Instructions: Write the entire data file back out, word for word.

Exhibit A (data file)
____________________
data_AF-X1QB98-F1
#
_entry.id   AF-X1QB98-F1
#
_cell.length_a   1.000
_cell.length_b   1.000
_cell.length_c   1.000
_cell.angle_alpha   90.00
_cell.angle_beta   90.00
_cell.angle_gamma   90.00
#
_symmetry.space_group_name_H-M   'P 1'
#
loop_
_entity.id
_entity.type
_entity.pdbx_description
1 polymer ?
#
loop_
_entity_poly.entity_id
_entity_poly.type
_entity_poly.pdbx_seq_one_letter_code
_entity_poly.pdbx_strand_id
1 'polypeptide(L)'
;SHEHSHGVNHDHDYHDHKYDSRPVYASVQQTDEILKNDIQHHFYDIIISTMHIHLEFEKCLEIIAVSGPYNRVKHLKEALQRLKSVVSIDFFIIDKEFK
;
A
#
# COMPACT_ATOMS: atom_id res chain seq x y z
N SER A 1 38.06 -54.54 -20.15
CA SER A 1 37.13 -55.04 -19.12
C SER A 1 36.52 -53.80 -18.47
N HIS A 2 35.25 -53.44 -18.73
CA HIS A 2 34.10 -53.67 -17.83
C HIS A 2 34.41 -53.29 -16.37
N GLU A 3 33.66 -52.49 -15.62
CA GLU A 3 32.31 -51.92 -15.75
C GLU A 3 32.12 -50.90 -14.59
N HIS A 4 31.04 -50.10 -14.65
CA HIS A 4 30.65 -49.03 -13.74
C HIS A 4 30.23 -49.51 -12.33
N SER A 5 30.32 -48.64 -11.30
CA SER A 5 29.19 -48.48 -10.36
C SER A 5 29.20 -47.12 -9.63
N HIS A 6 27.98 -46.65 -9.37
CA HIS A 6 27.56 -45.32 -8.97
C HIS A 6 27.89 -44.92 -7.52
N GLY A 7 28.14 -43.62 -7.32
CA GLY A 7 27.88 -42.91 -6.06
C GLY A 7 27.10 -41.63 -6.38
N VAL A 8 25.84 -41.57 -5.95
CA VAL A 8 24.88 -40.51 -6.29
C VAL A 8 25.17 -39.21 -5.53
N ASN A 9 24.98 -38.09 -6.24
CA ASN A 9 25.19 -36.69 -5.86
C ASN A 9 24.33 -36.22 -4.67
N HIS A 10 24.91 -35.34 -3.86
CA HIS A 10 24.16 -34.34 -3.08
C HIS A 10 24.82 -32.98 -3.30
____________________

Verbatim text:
data_AF-X1QB98-F1
#
_entry.id   AF-X1QB98-F1
#
_cell.length_a   1.000
_cell.length_b   1.000
_cell.length_c   1.000
_cell.angle_alpha   90.00
_cell.angle_beta   90.00
_cell.angle_gamma   90.00
#
_symmetry.space_group_name_H-M   'P 1'
#
loop_
_entity.id
_entity.type
_entity.pdbx_description
1 polymer ?
#
loop_
_entity_poly.entity_id
_entity_poly.type
_entity_poly.pdbx_seq_one_letter_code
_entity_poly.pdbx_strand_id
1 'polypeptide(L)'
;SHEHSHGVNHDHDYHDHKYDSRPVYASVQQTDEILKNDIQHHFYDIIISTMHIHLEFEKCLEIIAVSGPYNRVKHLKEALQRLKSVVSIDFFIIDKEFK
;
A
#
# COMPACT_ATOMS: atom_id res chain seq x y z
N SER A 1 38.06 -54.54 -20.15
CA SER A 1 37.13 -55.04 -19.12
C SER A 1 36.52 -53.80 -18.47
N HIS A 2 35.25 -53.44 -18.73
CA HIS A 2 34.10 -53.67 -17.83
C HIS A 2 34.41 -53.29 -16.37
N GLU A 3 33.66 -52.49 -15.62
CA GLU A 3 32.31 -51.92 -15.75
C GLU A 3 32.12 -50.90 -14.59
N HIS A 4 31.04 -50.10 -14.65
CA HIS A 4 30.65 -49.03 -13.74
C HIS A 4 30.23 -49.51 -12.33
N SER A 5 30.32 -48.64 -11.30
CA SER A 5 29.19 -48.48 -10.36
C SER A 5 29.20 -47.12 -9.63
N HIS A 6 27.98 -46.65 -9.37
CA HIS A 6 27.56 -45.32 -8.97
C HIS A 6 27.89 -44.92 -7.52
N GLY A 7 28.14 -43.62 -7.32
CA GLY A 7 27.88 -42.91 -6.06
C GLY A 7 27.10 -41.63 -6.38
N VAL A 8 25.84 -41.57 -5.95
CA VAL A 8 24.88 -40.51 -6.29
C VAL A 8 25.17 -39.21 -5.53
N ASN A 9 24.98 -38.09 -6.24
CA ASN A 9 25.19 -36.69 -5.86
C ASN A 9 24.33 -36.22 -4.67
N HIS A 10 24.91 -35.34 -3.86
CA HIS A 10 24.16 -34.34 -3.08
C HIS A 10 24.82 -32.98 -3.30